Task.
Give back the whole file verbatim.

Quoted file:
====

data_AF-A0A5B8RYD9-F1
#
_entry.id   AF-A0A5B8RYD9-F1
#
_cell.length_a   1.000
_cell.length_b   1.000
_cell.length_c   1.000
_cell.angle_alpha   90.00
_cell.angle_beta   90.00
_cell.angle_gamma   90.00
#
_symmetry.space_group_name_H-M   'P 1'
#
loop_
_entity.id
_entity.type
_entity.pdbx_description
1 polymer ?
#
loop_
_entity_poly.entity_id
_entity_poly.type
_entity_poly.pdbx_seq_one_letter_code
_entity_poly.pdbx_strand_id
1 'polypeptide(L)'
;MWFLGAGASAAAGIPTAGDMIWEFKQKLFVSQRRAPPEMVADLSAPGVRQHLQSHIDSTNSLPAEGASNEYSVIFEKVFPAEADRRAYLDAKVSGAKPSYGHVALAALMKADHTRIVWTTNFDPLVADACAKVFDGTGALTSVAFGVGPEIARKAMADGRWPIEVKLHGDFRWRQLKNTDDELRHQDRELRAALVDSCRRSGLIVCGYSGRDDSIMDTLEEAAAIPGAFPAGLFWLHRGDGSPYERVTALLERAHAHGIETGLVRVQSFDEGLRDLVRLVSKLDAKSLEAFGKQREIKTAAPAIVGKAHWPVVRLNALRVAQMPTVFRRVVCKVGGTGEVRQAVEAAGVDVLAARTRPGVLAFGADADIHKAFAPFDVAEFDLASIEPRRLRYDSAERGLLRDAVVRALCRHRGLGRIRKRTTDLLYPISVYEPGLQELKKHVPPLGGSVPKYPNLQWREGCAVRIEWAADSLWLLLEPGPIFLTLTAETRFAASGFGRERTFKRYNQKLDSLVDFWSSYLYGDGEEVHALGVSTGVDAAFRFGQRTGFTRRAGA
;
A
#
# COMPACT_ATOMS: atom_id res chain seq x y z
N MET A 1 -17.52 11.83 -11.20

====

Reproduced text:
data_AF-A0A5B8RYD9-F1
#
_entry.id   AF-A0A5B8RYD9-F1
#
_cell.length_a   1.000
_cell.length_b   1.000
_cell.length_c   1.000
_cell.angle_alpha   90.00
_cell.angle_beta   90.00
_cell.angle_gamma   90.00
#
_symmetry.space_group_name_H-M   'P 1'
#
loop_
_entity.id
_entity.type
_entity.pdbx_description
1 polymer ?
#
loop_
_entity_poly.entity_id
_entity_poly.type
_entity_poly.pdbx_seq_one_letter_code
_entity_poly.pdbx_strand_id
1 'polypeptide(L)'
;MWFLGAGASAAAGIPTAGDMIWEFKQKLFVSQRRAPPEMVADLSAPGVRQHLQSHIDSTNSLPAEGASNEYSVIFEKVFPAEADRRAYLDAKVSGAKPSYGHVALAALMKADHTRIVWTTNFDPLVADACAKVFDGTGALTSVAFGVGPEIARKAMADGRWPIEVKLHGDFRWRQLKNTDDELRHQDRELRAALVDSCRRSGLIVCGYSGRDDSIMDTLEEAAAIPGAFPAGLFWLHRGDGSPYERVTALLERAHAHGIETGLVRVQSFDEGLRDLVRLVSKLDAKSLEAFGKQREIKTAAPAIVGKAHWPVVRLNALRVAQMPTVFRRVVCKVGGTGEVRQAVEAAGVDVLAARTRPGVLAFGADADIHKAFAPFDVAEFDLASIEPRRLRYDSAERGLLRDAVVRALCRHRGLGRIRKRTTDLLYPISVYEPGLQELKKHVPPLGGSVPKYPNLQWREGCAVRIEWAADSLWLLLEPGPIFLTLTAETRFAASGFGRERTFKRYNQKLDSLVDFWSSYLYGDGEEVHALGVSTGVDAAFRFGQRTGFTRRAGA
;
A
#
# COMPACT_ATOMS: atom_id res chain seq x y z
N MET A 1 -17.52 11.83 -11.20